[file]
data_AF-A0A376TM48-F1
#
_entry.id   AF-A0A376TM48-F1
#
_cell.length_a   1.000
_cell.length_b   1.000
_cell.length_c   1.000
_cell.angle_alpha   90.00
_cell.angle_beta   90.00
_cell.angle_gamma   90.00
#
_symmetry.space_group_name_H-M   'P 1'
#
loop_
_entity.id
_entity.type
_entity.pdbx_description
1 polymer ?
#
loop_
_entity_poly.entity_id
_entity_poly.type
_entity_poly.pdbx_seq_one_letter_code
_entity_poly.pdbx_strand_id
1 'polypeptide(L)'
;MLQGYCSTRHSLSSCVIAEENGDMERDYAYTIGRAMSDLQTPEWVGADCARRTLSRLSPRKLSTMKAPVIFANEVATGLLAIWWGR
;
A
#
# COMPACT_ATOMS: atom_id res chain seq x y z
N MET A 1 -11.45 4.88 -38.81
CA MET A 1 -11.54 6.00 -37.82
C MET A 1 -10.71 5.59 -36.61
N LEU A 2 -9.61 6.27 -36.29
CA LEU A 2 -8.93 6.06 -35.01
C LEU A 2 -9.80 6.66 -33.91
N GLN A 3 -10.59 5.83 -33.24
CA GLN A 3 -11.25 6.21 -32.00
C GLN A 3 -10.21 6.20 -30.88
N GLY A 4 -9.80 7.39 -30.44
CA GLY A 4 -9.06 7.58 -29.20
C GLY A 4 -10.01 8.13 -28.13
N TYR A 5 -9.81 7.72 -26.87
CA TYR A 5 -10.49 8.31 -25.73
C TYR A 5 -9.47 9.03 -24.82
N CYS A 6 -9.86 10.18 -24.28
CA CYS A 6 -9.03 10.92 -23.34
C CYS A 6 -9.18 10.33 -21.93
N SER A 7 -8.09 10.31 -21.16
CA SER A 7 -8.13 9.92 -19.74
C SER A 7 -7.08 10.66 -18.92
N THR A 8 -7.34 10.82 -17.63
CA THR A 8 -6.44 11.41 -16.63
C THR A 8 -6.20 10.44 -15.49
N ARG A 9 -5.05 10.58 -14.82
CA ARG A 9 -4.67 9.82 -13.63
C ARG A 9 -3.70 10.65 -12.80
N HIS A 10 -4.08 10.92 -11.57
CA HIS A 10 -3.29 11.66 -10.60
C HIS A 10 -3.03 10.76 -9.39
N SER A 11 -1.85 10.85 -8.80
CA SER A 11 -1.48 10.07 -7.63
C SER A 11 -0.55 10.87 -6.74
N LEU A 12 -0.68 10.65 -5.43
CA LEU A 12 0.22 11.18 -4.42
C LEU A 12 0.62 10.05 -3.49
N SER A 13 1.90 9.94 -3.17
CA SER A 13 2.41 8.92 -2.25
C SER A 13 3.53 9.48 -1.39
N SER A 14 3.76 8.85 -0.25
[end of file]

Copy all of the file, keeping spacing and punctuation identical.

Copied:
data_AF-A0A376TM48-F1
#
_entry.id   AF-A0A376TM48-F1
#
_cell.length_a   1.000
_cell.length_b   1.000
_cell.length_c   1.000
_cell.angle_alpha   90.00
_cell.angle_beta   90.00
_cell.angle_gamma   90.00
#
_symmetry.space_group_name_H-M   'P 1'
#
loop_
_entity.id
_entity.type
_entity.pdbx_description
1 polymer ?
#
loop_
_entity_poly.entity_id
_entity_poly.type
_entity_poly.pdbx_seq_one_letter_code
_entity_poly.pdbx_strand_id
1 'polypeptide(L)'
;MLQGYCSTRHSLSSCVIAEENGDMERDYAYTIGRAMSDLQTPEWVGADCARRTLSRLSPRKLSTMKAPVIFANEVATGLLAIWWGR
;
A
#
# COMPACT_ATOMS: atom_id res chain seq x y z
N MET A 1 -11.45 4.88 -38.81
CA MET A 1 -11.54 6.00 -37.82
C MET A 1 -10.71 5.59 -36.61
N LEU A 2 -9.61 6.27 -36.29
CA LEU A 2 -8.93 6.06 -35.01
C LEU A 2 -9.80 6.66 -33.91
N GLN A 3 -10.59 5.83 -33.24
CA GLN A 3 -11.25 6.21 -32.00
C GLN A 3 -10.21 6.20 -30.88
N GLY A 4 -9.80 7.39 -30.44
CA GLY A 4 -9.06 7.58 -29.20
C GLY A 4 -10.01 8.13 -28.13
N TYR A 5 -9.81 7.72 -26.87
CA TYR A 5 -10.49 8.31 -25.73
C TYR A 5 -9.47 9.03 -24.82
N CYS A 6 -9.86 10.18 -24.28
CA CYS A 6 -9.03 10.92 -23.34
C CYS A 6 -9.18 10.33 -21.93
N SER A 7 -8.09 10.31 -21.16
CA SER A 7 -8.13 9.92 -19.74
C SER A 7 -7.08 10.66 -18.92
N THR A 8 -7.34 10.82 -17.63
CA THR A 8 -6.44 11.41 -16.63
C THR A 8 -6.20 10.44 -15.49
N ARG A 9 -5.05 10.58 -14.82
CA ARG A 9 -4.67 9.82 -13.63
C ARG A 9 -3.70 10.65 -12.80
N HIS A 10 -4.08 10.92 -11.57
CA HIS A 10 -3.29 11.66 -10.60
C HIS A 10 -3.03 10.76 -9.39
N SER A 11 -1.85 10.85 -8.80
CA SER A 11 -1.48 10.07 -7.63
C SER A 11 -0.55 10.87 -6.74
N LEU A 12 -0.68 10.65 -5.43
CA LEU A 12 0.22 11.18 -4.42
C LEU A 12 0.62 10.05 -3.49
N SER A 13 1.90 9.94 -3.17
CA SER A 13 2.41 8.92 -2.25
C SER A 13 3.53 9.48 -1.39
N SER A 14 3.76 8.85 -0.25